Mobile Baykeeper is working with a number of partners to install custom-built screens in rainwater gutters around downtown today, part of its “Litter-Free Mardi Gras” initiative. Using a federal grant courtesy of the NOAA Marine Debris Removal Program, Baykeeper hopes to reduce the amount of Mardi Gras-generated litter, including throws, that reaches local drainage basins like One Mile Creek. Baykeeper sought the grant after hosting cleanups and noticing a pattern of debris.
“We often see a lot of the same materials like shopping carts, car tires, toy cars, styrofoam containers, TVs, mops, buckets … but we’ve actually seen a lot of Mardi Gras throws including toy footballs, beads, cups, frisbees, you name it,” said Baykeeper Communications Director Hanlon Walsh. “There’s an obvious tie-in between Mardi Gras and litter, so I think the big thing is to make people aware of it and aware of One Mile Creek and these historic waterways that are being trashed during this big, carefree celebration of the city.”
With the assistance of partners including the city of Mobile, Mobile Bay National Estuary Program, Thompson Engineering, Gulf Coast Containers, Universal Precast and Alabama Pipe and Supply, Baykeeper is installing 15 Marine Debris Interceptors (MarDIs for short) along the parade route; they have the funding for 15 more.
Thompson Engineering Vice President Don Bates recalled attending one cleanup of One Mile Creek, where “you couldn’t place a dime on the ground without it touching a piece of litter.”
“When we first went out there, it was like a blanket of trash,” he said. “Some of it has been there for decades.”
But with regular cleanups, increased awareness and preventative measures like the MarDIs, Bates said he’s already noticed an improvement, and expects more.
“This is a good, concentrated effort,” he said. “We thought, ‘what if we put all hands on deck, on One Mile Creek, where there are relatively few inflows, to see what true effort can do?’ It’s already remarkably different.”
Bates went on to describe the larger Three Mile Creek watershed, which is the focus of a planned greenspace recreation corridor between the University of South Alabama and downtown Mobile. Eventually, officials hope to connect that corridor to another bordering Brookley Aeroplex and extending to Dog River and beyond.
“The trash in Three Mile Creek is more visible, and its easy to say cleanup efforts there won’t work, but Three Mile is just a bigger One Mile, so I think that’s one of the real pivotal benefits of what we’re doing and trying to do.”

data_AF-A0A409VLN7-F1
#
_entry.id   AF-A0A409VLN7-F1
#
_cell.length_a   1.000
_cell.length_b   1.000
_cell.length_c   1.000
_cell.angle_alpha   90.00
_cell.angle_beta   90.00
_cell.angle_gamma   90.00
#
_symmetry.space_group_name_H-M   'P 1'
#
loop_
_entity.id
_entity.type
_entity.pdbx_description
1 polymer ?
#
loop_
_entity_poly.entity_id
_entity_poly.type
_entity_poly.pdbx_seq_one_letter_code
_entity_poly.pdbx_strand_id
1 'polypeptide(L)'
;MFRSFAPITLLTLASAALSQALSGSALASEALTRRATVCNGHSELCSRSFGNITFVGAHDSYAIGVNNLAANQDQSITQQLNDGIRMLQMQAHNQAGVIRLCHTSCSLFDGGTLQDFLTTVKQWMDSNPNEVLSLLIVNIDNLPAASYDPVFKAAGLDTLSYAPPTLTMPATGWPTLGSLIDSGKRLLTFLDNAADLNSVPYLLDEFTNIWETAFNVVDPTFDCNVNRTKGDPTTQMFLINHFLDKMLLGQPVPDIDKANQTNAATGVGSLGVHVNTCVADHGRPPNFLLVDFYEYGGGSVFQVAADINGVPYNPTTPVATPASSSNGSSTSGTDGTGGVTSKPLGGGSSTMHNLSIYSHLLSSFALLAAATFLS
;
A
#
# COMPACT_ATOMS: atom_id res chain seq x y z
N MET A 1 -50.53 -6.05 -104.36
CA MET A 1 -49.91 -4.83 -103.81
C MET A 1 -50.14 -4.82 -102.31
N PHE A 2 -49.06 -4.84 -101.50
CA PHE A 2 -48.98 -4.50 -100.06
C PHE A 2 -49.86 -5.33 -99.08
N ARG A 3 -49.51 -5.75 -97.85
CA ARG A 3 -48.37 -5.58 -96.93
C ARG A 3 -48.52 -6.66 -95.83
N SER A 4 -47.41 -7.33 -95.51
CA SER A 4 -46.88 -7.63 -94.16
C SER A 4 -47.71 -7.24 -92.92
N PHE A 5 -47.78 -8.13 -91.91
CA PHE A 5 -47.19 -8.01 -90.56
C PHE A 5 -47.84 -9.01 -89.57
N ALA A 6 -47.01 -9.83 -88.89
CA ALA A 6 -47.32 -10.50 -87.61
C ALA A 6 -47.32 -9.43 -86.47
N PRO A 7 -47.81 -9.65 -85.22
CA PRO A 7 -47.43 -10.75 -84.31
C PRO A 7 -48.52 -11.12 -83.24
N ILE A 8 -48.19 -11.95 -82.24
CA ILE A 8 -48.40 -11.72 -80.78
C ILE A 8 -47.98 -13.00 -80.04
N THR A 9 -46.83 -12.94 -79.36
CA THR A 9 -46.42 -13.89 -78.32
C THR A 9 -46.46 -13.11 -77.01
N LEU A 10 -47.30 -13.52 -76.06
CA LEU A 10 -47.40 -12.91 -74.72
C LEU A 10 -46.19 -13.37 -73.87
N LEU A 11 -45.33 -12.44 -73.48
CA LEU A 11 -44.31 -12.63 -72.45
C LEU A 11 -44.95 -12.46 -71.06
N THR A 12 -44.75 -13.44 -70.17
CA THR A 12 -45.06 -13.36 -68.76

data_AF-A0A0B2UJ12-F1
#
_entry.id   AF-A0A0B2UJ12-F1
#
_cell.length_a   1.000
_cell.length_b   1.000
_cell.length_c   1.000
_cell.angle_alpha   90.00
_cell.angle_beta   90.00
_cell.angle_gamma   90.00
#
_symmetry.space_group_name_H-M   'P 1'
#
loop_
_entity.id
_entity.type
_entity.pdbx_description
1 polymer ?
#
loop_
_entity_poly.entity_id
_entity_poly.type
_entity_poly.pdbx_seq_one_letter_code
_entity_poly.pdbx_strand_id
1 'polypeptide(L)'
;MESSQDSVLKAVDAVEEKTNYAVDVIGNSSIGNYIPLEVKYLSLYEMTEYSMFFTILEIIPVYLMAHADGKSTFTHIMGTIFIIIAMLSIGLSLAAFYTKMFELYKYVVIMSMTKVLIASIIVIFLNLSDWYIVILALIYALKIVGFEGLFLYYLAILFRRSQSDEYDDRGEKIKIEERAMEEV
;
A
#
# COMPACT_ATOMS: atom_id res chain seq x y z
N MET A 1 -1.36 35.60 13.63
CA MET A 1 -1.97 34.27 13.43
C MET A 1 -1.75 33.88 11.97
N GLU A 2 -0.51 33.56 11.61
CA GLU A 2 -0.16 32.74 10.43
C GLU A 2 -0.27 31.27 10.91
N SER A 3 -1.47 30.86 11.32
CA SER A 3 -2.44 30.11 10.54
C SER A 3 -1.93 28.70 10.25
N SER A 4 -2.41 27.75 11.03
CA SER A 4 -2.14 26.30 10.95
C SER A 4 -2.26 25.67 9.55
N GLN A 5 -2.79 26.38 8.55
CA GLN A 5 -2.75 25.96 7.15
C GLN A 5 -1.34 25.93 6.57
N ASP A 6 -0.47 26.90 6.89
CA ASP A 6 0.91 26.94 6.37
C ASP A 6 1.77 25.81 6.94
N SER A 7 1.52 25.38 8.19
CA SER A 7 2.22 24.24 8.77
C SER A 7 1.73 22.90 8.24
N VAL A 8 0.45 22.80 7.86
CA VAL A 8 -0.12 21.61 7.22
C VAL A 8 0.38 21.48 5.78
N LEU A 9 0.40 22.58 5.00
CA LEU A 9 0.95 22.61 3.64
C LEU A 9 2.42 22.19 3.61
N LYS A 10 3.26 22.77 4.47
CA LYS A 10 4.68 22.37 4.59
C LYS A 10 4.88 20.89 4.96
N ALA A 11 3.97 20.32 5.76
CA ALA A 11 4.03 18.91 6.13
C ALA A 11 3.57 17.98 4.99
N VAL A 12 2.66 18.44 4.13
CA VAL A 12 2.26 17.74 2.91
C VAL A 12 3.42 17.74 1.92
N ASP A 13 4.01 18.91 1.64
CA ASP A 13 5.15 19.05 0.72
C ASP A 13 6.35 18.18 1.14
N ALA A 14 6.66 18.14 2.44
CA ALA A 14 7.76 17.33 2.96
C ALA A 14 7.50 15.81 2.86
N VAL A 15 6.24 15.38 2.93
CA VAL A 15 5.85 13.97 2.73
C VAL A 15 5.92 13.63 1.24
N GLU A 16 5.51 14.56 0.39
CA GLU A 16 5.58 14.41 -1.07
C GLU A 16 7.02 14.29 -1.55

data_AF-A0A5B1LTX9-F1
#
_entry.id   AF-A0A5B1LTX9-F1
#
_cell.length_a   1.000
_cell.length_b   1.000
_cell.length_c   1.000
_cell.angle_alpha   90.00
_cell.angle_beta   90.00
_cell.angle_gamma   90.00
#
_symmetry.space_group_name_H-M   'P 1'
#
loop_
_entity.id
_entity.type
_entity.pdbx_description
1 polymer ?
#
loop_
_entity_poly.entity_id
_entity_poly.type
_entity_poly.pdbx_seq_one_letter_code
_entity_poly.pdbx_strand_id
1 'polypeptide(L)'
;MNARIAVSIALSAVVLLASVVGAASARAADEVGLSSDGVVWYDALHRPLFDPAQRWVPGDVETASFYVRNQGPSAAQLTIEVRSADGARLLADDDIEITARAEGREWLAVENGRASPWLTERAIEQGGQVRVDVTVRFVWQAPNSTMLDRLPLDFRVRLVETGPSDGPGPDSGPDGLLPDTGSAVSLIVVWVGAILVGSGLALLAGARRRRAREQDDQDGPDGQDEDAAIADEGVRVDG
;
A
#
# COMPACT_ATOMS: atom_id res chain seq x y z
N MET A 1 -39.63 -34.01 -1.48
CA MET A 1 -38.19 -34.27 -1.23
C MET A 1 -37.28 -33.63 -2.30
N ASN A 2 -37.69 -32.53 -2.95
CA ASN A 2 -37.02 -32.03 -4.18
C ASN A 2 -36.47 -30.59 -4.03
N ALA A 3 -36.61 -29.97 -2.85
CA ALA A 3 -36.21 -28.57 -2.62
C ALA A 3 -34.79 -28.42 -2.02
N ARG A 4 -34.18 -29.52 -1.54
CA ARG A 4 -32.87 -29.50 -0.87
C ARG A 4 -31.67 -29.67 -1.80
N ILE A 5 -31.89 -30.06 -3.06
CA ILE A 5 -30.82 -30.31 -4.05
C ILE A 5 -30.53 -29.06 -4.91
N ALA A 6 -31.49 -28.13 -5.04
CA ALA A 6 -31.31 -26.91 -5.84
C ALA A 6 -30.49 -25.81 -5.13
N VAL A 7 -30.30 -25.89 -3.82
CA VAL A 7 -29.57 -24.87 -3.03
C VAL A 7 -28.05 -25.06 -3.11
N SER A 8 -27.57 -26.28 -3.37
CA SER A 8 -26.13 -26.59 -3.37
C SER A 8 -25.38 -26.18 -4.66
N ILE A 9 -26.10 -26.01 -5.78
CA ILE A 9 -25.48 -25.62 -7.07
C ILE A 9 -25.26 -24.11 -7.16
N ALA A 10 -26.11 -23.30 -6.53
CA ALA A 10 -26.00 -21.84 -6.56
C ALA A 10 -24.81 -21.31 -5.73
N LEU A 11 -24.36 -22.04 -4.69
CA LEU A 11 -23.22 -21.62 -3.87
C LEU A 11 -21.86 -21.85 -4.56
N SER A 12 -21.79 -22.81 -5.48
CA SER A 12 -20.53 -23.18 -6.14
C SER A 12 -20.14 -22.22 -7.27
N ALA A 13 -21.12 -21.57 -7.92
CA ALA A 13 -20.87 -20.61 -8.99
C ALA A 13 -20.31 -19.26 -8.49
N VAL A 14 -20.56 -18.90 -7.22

In a statement announcing the grant last year, Baykeeper Executive Director Casi Callaway emphasized the conundrum of Mardi Gras throws making their way into the stormwater system.
“Mardi Gras is a very special and fun occasion for our city, but it also raises a huge problem — litter in our streets and waterways,” she said. “Many of the items thrown in parades are left on the ground to wash into our storm drains and pollute nearby rivers and creeks. This project will enable us to remove a significant amount of marine debris from One Mile Creek.”
NOAA’s $56,013 grant facilitates the project through the 2019 carnival season. The campaign doesn’t end with stormwater screens or cleanups, it also asks attendees to pick up after themselves. In Year 2 of the grant, Baykeeper intends to work with Mardi Gras organizations themselves about litter reduction.
“Mardi Gras is a time when we should be showing off our city,” Bates said. “So we’re also asking people to take a little more pride as individuals, and maybe not throw that empty MoonPie wrapper on the ground or maybe not neglect that strand of broken beads and simply pick up around yourself or your area after the parade.”
According to The Advocate, a cleanup program in New Orleans removed 93,000 pounds of Mardi Gras beads from stormwater drains last year.
Mobile’s first Mardi Gras parade, the Conde Cavaliers, rolls tonight at 6:30 p.m. The 2018 parade calendar for Mobile and Baldwin counties is available here.